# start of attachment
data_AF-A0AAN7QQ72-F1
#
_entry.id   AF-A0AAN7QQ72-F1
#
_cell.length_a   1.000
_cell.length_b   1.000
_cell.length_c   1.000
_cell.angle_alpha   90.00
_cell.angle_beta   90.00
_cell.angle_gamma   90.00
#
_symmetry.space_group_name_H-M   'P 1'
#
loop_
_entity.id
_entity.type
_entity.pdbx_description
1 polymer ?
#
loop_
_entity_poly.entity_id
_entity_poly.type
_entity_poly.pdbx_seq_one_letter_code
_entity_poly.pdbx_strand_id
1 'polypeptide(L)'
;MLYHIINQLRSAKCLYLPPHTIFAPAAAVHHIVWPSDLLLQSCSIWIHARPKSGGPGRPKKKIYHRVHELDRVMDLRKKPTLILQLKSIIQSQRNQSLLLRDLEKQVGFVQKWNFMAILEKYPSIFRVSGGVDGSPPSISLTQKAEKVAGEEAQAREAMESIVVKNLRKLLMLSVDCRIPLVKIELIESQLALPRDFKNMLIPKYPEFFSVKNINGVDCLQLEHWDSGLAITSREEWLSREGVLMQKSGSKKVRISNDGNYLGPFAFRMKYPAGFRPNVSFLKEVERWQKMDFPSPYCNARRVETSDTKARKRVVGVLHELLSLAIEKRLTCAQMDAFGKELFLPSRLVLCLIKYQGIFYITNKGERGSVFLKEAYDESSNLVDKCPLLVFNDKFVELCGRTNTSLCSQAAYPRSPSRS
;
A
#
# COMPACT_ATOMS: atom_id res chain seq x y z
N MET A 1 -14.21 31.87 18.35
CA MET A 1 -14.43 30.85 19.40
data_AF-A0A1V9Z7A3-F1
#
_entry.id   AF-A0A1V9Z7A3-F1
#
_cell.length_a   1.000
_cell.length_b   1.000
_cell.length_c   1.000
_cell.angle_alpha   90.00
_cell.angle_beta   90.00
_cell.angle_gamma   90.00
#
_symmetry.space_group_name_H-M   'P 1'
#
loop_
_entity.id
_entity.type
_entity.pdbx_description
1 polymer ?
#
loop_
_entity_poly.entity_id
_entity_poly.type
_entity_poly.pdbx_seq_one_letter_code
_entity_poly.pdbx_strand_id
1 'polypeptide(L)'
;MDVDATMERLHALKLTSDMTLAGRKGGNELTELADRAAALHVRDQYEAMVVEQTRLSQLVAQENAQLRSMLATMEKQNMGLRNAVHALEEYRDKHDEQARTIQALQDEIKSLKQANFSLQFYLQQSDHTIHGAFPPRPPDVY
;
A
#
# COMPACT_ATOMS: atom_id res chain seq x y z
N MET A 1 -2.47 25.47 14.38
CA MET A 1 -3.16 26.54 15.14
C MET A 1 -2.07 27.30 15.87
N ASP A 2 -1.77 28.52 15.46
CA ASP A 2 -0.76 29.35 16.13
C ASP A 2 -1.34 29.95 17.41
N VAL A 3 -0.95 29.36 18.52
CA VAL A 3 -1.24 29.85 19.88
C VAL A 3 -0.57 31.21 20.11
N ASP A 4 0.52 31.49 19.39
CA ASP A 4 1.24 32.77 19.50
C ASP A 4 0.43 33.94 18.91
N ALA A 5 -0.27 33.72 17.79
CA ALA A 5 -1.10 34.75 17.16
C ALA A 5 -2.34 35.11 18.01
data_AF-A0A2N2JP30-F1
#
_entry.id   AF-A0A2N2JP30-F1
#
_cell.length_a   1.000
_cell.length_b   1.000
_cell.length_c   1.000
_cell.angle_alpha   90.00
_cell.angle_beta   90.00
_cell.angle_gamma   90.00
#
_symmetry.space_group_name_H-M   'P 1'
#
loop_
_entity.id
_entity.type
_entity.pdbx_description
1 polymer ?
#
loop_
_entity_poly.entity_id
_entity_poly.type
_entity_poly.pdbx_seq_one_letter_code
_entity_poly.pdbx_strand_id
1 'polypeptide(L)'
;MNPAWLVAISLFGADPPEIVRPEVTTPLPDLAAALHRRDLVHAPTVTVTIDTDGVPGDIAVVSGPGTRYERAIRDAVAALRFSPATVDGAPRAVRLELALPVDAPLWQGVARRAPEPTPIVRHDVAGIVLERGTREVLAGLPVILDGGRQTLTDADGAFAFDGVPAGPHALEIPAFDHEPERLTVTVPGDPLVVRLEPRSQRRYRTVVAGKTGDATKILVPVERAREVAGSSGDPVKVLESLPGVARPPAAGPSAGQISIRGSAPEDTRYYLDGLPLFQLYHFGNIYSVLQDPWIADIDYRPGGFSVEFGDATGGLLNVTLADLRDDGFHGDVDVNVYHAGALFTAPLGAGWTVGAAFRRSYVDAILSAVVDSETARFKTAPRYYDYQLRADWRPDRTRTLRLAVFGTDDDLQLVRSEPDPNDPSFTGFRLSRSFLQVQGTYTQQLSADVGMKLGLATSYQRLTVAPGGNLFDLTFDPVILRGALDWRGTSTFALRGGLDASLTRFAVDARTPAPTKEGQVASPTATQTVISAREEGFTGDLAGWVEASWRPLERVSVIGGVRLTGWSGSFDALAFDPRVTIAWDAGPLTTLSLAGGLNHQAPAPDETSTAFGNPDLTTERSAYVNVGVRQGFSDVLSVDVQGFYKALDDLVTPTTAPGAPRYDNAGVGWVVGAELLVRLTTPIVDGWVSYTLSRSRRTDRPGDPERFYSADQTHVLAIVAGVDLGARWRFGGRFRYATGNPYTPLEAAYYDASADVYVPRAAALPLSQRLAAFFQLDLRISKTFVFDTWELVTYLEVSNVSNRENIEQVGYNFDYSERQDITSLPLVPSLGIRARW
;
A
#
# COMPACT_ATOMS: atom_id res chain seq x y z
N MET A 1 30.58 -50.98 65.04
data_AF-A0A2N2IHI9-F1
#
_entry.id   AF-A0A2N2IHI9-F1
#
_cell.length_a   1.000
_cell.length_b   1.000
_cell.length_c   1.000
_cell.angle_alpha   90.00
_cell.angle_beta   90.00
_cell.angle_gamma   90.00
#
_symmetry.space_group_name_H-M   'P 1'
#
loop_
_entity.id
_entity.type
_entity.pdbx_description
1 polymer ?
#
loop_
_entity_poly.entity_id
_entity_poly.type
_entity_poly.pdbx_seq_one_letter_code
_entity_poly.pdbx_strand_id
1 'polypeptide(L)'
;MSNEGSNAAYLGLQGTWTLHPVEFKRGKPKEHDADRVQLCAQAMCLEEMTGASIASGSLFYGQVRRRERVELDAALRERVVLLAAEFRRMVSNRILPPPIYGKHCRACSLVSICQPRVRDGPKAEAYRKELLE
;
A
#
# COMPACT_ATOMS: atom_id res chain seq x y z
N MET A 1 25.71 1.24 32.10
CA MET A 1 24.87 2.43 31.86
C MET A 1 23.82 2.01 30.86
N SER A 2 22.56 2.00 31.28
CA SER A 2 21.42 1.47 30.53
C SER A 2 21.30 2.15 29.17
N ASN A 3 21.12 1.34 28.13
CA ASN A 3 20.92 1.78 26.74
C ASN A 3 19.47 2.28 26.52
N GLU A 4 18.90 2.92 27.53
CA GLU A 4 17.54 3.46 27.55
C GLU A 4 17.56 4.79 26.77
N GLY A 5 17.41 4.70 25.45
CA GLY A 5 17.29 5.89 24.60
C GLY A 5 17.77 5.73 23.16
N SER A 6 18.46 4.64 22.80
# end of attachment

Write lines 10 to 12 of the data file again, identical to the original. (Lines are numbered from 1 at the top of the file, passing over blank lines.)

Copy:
_cell.angle_gamma   90.00
#
_symmetry.space_group_name_H-M   'P 1'